Researchers have long called for studying behavioral addictions in more breadth and depth in order to discern whether there is adequate evidence to support their inclusion in the revised diagnostic manuals [8]. It appears that these efforts have come to fruition now. Pathological Gambling, formerly subsumed under the exceptionally heterogeneous group of Impulse-Control Disorders Not Otherwise Specified, will now be classed as addiction. “Gambling Disorder”, as it will be called, shares a variety of commonalities with substancerelated addictions. These include physiology [9], such as the activation of a similar brain circuitry [10], etiology [11], comorbidity [12], clinical expression [13], and treatment [14]. As a consequence of pathological gambling being classed as actual addiction, it appears reasonable to claim that other behavioral addictions may follow suit. For instance, the APA discusses the inclusion of “Internet Use Disorder” as potential mental health problem that requires further research in the upcoming revision of the DSM (2012).

Based on the empirical evidence of similarities between substance and behavioral addictions, Shaffer and his colleagues (2004) developed a syndrome model of addictions that encompasses both substance and behavioral addictions. They argue that addictions share neurobiological and psychosocial precursors that increase vulnerability for pathogenesis. A premorbid addiction syndrome will develop only if the precursors are combined with the exposure to, interaction with and a resulting subjective shift due to engagement in the addictive behavior. The latter requires both immediate precursors (i.e., life events) and repeated rewarding engagement in the addictive behavior for an addiction to become manifested. Once manifested, addictions vary in distinctive expression (i.e., substance-related and behavioral) and unique negative consequences (i.e, liver cirrhosis in alcoholics or gambling debt in pathological gamblers) [15]. However, addictions share a variety of biological and psychosocial expressions and ramifications, such as symptoms and treatment [16]. The syndrome model of addiction moves beyond the dependence paradigm to embrace addiction as a disease that encompasses both substance-related and behavioral addictions. In order for an addiction to be expressed, the occurrence of symptoms such as tolerance and withdrawal is not sufficient. At the same time, the addiction perspective is less diffuse than the dependence paradigm in that the former necessitates the presence of psychosocial commonalities (including symptoms) in addition to the biological similarities to demarcate this psychopathology.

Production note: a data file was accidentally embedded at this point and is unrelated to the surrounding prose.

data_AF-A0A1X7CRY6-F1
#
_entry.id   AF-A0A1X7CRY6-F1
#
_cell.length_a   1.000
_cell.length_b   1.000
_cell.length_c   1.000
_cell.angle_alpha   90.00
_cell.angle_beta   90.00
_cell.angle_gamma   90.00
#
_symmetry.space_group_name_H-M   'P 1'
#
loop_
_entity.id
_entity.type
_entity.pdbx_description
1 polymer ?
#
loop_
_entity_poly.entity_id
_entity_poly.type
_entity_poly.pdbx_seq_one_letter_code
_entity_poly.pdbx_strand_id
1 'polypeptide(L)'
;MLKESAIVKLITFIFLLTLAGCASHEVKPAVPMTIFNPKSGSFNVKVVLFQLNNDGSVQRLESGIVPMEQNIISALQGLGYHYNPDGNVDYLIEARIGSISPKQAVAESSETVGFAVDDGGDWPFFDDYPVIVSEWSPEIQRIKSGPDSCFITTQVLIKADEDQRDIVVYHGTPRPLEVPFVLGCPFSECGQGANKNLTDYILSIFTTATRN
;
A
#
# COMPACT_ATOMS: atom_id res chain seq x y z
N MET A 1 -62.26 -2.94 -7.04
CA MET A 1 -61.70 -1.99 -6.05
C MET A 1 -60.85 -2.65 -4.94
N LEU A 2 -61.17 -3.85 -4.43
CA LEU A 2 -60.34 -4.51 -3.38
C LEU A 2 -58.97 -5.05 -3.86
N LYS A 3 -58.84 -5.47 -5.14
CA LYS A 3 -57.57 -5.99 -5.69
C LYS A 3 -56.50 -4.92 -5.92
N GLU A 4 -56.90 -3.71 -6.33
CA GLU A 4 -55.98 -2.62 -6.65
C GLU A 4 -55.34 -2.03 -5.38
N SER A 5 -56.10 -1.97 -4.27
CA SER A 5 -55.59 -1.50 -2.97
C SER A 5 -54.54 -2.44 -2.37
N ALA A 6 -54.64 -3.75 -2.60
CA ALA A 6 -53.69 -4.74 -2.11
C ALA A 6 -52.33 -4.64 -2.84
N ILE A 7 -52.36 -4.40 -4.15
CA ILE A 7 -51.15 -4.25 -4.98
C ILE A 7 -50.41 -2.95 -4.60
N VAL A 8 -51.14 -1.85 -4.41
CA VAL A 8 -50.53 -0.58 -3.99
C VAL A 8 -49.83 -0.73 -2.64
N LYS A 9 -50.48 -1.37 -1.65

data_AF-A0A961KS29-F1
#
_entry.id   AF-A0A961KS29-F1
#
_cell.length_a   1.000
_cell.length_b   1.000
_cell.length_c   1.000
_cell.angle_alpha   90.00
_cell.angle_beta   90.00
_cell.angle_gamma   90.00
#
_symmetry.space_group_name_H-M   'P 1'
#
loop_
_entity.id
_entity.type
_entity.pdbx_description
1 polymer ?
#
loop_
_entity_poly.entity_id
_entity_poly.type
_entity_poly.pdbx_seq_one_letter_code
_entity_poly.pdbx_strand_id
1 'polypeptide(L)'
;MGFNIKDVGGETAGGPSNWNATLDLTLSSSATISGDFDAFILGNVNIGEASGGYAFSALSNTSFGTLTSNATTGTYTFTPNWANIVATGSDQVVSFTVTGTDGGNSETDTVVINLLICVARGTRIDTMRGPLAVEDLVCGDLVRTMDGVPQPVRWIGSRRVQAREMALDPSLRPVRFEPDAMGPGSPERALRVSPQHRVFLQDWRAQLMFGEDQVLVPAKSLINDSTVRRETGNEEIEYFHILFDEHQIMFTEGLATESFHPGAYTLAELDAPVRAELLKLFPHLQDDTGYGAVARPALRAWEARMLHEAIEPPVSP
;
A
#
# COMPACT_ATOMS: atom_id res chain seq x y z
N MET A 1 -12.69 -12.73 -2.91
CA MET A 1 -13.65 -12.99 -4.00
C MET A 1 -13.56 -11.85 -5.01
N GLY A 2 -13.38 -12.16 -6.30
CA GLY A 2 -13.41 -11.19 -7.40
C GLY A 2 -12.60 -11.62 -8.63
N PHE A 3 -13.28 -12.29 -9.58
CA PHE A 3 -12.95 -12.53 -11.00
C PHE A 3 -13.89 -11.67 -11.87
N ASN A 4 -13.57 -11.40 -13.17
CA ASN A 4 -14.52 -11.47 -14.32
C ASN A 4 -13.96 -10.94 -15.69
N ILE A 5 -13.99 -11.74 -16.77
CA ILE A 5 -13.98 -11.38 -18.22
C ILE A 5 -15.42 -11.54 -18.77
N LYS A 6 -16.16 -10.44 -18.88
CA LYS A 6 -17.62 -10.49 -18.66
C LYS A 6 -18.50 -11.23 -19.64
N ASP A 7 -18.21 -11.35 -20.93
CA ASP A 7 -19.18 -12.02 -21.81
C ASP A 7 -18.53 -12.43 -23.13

The purpose of viewing and treating certain behaviors as potentially addictive is not to pathologize the engagement in pleasurable pastime activities. Instead, the aim is to take seriously the individuals who suffer from the lack of control over their behaviors, to increase knowledge of a yet insufficiently explored area, and to provide help for those who need it. Conclusively, the addition of behavioral addictions to the diagnostic framework must be seen as a progressive step towards the improvement of both clinical practice as well as research in the area of addiction.